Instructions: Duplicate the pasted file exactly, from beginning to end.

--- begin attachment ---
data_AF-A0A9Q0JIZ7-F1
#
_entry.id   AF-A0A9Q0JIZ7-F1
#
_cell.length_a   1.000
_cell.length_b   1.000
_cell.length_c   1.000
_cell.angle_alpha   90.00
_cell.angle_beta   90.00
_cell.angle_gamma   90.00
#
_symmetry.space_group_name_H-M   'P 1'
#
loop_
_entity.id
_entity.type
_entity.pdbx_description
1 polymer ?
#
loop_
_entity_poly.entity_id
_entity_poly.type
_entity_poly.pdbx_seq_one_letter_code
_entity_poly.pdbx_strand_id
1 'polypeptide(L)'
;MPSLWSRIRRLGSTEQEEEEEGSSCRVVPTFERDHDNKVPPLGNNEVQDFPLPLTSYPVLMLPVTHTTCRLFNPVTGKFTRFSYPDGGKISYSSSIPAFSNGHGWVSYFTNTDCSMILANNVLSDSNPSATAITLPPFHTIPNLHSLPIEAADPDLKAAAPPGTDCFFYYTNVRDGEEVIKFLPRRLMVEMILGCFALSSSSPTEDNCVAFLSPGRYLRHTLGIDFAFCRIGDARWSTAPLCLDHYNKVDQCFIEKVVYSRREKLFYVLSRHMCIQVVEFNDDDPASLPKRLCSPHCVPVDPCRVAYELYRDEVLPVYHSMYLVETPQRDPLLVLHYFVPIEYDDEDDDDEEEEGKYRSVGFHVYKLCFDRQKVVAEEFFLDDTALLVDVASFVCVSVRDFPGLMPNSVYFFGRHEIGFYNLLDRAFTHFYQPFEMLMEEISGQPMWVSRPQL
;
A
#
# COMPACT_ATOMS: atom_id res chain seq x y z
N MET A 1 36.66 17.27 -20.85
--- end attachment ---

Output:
data_AF-A0A9Q0JIZ7-F1
#
_entry.id   AF-A0A9Q0JIZ7-F1
#
_cell.length_a   1.000
_cell.length_b   1.000
_cell.length_c   1.000
_cell.angle_alpha   90.00
_cell.angle_beta   90.00
_cell.angle_gamma   90.00
#
_symmetry.space_group_name_H-M   'P 1'
#
loop_
_entity.id
_entity.type
_entity.pdbx_description
1 polymer ?
#
loop_
_entity_poly.entity_id
_entity_poly.type
_entity_poly.pdbx_seq_one_letter_code
_entity_poly.pdbx_strand_id
1 'polypeptide(L)'
;MPSLWSRIRRLGSTEQEEEEEGSSCRVVPTFERDHDNKVPPLGNNEVQDFPLPLTSYPVLMLPVTHTTCRLFNPVTGKFTRFSYPDGGKISYSSSIPAFSNGHGWVSYFTNTDCSMILANNVLSDSNPSATAITLPPFHTIPNLHSLPIEAADPDLKAAAPPGTDCFFYYTNVRDGEEVIKFLPRRLMVEMILGCFALSSSSPTEDNCVAFLSPGRYLRHTLGIDFAFCRIGDARWSTAPLCLDHYNKVDQCFIEKVVYSRREKLFYVLSRHMCIQVVEFNDDDPASLPKRLCSPHCVPVDPCRVAYELYRDEVLPVYHSMYLVETPQRDPLLVLHYFVPIEYDDEDDDDEEEEGKYRSVGFHVYKLCFDRQKVVAEEFFLDDTALLVDVASFVCVSVRDFPGLMPNSVYFFGRHEIGFYNLLDRAFTHFYQPFEMLMEEISGQPMWVSRPQL
;
A
#
# COMPACT_ATOMS: atom_id res chain seq x y z
N MET A 1 36.66 17.27 -20.85